We requested, for our wedding presents, to have no appliances. Someone still gifted us a lovely little toaster and the local department store graciously took it from us for store credit. We probably bought sheets and towels with the credit. But no appliances, save our decades old waffle iron, would decorate our kitchen.

Toolbox picture

Toolbox picture

Now decades and a happier marriage later, we are again eschewing appliances. Who needs ’em, anyway? I’d rather have cool tools to improve, maintain, and repair our truck and trailer. Appliances take up space, mostly won’t operate on our home’s 12vdc system, and provide little improvement to our lives. Well, for the most part anyway.

Last week we enjoyed co-hosting a daiquiri party. Jennifer and Brad at Minnesota Airstream Park offered their wonderful gazebo, ringed with happy face string lights. We brought mixers and a bottle of Cruzan dark rum, cask aged 2 years and we aged it 8 more years in the bottle. This bottle was our last of six or seven from our honeymoon in St Thomas, V.I.

Robert, their good friend, scavenged up an electric blender. This party would NOT have been the same without a powered blender. The blender made frozen daiquiris, a real treat, without any fuss. Without the blender we would have daiquiris on ice. Just not the same.

Let me be perfectly clear. We can have appliances without 110vac electrical power. Just to quickly name a few, there is the Daiquiri Whacker, and the passive solar ovens, and most important of all, the Food Saver. Whoops! The last one does require 110v power (just a little).

Okay, where’s this post going? After the daiquiri party last week I feel compelled to reconsider my stance on needed appliances. You already know we are full-timing in a pretty compact platform. Our Airstream trailer is called a International CCD 25. Our big red truck is a Chevy Silverado 2500HD. So the trailer has nice places to store things but only 558 pounds net carrying capacity (excluding propane and water). The truck can handle all the weight we want to throw at it, but a short (6.5 ft) bed. So we cannot carry very many things, much less bulky single-purpose appliances.

We carry an electric blender. Deb uses it for an occasional coffee cake, so it’s worth whatever space it takes. We have a little ceramic heater. We have a Toaststation, a sort of combo toaster and munsey toaster oven. We have a Foodsaver. You may know Foodsaver it by other names. It vacuums and seals plastic bags with leftovers or other fresh things.

Far and away we use the Foodsaver more then the others. Our bulk green tea goes into vacuum sealed bags. Fresh or frozen chicken or fish we put into a plastic freezer bag with 1/4 cup of marinade and vacuum seal it before refreezing it until ready to thaw before grilling. And some seeds, nuts, and grains do really well with vacuum sealing.

Ahh, I’ve strayed. I was talking about daiquiris and Robert turning up a blender and our party at Jenn’s and Brad’s. We thought it would be a really good idea to reduce our on-board stash of spirits before we approach the Canadian border. Gosh, had we looked up the limits for entry to Canada we would have either had a really bigger party or would have partied successive nights. Our party with Robert, Brad, and Jen and their friends was a lot of fun, though. And we enjoyed our entire stay at Minnesota Airstream Park.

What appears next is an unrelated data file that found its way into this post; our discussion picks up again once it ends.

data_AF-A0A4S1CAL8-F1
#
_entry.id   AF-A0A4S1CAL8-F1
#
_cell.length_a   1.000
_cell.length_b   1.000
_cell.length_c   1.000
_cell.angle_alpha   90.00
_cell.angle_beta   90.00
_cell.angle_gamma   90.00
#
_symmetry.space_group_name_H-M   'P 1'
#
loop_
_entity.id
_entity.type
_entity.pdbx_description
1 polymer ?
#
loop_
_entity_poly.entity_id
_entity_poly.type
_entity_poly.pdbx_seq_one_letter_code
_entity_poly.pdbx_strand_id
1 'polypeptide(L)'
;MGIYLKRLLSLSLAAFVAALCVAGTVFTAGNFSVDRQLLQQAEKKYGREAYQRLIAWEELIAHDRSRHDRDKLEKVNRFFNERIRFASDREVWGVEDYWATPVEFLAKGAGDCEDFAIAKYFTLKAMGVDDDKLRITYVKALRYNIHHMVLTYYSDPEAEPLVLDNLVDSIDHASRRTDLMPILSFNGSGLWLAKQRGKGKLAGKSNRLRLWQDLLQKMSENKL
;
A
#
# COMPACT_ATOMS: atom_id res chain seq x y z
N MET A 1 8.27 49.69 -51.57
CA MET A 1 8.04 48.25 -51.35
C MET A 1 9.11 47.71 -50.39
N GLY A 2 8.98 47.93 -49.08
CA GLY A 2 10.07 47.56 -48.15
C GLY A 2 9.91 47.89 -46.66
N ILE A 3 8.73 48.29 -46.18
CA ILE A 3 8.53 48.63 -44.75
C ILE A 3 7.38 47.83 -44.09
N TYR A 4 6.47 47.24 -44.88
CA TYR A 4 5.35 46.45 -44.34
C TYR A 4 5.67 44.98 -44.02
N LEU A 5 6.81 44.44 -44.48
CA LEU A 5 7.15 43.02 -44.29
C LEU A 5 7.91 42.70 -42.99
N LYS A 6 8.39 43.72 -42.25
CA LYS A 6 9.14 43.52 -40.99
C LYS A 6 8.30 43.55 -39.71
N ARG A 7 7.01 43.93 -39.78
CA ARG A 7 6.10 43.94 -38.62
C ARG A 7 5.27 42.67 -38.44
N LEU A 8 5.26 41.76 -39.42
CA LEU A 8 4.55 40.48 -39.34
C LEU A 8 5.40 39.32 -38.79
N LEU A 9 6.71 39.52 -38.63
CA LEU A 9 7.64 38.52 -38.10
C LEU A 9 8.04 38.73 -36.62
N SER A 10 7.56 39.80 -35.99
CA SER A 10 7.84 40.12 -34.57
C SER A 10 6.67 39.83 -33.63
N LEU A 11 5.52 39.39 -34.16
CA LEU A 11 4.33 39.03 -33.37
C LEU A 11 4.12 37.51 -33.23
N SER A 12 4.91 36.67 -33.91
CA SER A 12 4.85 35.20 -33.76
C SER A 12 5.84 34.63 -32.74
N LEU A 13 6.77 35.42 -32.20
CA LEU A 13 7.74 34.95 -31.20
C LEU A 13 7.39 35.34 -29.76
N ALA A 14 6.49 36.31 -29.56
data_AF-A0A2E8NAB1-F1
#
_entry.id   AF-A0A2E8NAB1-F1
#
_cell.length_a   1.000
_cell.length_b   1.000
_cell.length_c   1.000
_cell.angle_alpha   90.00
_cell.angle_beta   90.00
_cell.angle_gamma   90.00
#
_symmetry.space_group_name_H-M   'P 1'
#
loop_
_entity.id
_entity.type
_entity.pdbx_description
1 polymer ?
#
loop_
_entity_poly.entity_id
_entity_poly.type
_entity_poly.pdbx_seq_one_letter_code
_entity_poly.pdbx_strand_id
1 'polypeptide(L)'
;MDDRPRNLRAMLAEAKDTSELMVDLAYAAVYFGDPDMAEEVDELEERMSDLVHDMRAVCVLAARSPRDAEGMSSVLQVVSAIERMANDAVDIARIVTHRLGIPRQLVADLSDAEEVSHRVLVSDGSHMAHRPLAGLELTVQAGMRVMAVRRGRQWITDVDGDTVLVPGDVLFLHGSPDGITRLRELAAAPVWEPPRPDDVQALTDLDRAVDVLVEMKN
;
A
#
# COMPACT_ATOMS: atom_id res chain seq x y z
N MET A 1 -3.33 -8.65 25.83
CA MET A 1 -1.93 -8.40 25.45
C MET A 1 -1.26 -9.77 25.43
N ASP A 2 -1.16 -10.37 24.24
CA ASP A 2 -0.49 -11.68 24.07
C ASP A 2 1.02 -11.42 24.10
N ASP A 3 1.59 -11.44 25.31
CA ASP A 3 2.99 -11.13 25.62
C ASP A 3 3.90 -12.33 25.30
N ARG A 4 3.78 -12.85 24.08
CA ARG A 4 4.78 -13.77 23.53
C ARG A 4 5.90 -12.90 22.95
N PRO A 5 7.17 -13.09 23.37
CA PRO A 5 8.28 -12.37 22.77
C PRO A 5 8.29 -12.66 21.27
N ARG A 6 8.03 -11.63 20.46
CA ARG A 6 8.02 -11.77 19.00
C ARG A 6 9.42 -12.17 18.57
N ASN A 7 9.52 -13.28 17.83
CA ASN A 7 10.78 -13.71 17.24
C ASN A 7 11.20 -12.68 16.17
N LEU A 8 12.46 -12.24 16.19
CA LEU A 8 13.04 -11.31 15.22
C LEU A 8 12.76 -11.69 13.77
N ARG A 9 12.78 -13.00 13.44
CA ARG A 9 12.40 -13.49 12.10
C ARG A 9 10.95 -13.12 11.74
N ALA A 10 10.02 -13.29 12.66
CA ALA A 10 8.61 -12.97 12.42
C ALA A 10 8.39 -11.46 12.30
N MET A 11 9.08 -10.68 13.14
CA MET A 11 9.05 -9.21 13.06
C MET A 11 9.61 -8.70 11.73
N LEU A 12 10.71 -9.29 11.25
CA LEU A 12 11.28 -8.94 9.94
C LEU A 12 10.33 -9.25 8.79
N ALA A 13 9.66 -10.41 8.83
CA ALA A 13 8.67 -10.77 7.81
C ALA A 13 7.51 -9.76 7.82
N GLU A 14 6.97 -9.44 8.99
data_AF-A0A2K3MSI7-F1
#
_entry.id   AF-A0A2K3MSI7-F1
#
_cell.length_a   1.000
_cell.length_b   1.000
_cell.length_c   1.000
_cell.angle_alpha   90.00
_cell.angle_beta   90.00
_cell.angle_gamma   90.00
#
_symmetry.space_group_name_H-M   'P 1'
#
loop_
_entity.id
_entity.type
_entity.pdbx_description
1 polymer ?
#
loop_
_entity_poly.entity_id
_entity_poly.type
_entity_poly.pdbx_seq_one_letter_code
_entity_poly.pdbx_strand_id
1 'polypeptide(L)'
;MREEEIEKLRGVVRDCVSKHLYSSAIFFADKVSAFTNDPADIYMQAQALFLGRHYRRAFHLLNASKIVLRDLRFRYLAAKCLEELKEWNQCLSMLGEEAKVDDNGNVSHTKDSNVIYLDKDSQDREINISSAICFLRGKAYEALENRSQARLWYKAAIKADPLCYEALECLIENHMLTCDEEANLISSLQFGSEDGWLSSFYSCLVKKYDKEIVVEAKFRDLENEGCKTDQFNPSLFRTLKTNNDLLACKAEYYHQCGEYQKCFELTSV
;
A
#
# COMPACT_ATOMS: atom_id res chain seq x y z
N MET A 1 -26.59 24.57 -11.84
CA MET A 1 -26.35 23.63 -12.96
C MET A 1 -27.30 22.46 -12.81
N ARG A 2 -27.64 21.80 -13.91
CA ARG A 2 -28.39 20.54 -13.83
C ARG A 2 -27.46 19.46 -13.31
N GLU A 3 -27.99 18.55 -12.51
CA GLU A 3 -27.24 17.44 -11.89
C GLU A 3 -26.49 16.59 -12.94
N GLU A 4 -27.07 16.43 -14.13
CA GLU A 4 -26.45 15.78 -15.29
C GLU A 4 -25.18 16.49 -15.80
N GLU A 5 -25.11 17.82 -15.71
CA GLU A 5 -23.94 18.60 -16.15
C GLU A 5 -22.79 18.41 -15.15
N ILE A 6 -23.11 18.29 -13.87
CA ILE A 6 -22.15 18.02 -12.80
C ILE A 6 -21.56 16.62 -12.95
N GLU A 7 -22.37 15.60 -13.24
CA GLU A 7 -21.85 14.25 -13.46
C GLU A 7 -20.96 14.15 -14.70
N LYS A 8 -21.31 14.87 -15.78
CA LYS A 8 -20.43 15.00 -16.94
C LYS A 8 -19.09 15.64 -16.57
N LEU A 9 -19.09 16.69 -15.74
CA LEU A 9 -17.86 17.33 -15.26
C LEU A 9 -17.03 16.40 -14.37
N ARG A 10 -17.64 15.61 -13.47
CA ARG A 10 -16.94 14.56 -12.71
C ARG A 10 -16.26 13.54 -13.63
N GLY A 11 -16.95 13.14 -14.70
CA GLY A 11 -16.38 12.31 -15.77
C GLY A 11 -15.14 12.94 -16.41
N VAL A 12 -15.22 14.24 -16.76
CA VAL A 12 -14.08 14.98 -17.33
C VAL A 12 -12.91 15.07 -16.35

Now, a few days later, we have consulted the website for Canada border entry. We are allowed 1.15 litres of spirits, or a couple of fifths of wine, or a case of beer. Any more and we are required to declare and pay duty upon the extra. We are pretty straight arrows and don’t want to raise suspicions of any kind. But they’ve never even asked us about on-board alcohol in our previous crossings.

Still, it’s fun getting ready. We’re reducing our tequila bottle volume tonight. Last night we went through some Johnny Walker Black, to reduce by one the number of bottles we’ll have when we arrive at the border. I have a couple of beers, but am running out of time. I want to save them anyway, their pretty nice. And I don’t buy this stuff to rush through it. Heck, that’s why I had six different bottles. It’s not like I had it in my car trunk — it is my entire liquor cabinet. Their limits don’t seem to account for people pulling their home (and wet bar) through the border.

Back to appliances, though. The mixer seems like a good idea — it makes desserts and doesn’t take any space in the RV. It lives in a nice box in the truck bed. The FoodSaver is singularly the most used equipment item and happens to fit snugly under the kitchen sink in a four inch tall shelf. The toaster is lately appearing to be toast — a has been. We have started toasting bread on the skillet with olive oil or butter. You can’t beat this as a complement to a great dinner or breakfast. Who needs a toaster anyway?

But maybe we could find a place for a good blender? Maybe someone has designed one to be driven by our mixer? Nah. Besides, the rum is gone. It was a lot of fun making a couple of batches of daiquiris in Robert’s scrounged blender in Brad and Jen’s really cool Airstream and sharing them with whomever cruised in for the party.

Besides, we can always scrounge a blender from someone in a big fifth wheel or an Airstream 34 foot trailer. They have so much space they probably have all the appliances. We could have had the appliances, but we have a bunch of tools instead. And that is another story entirely.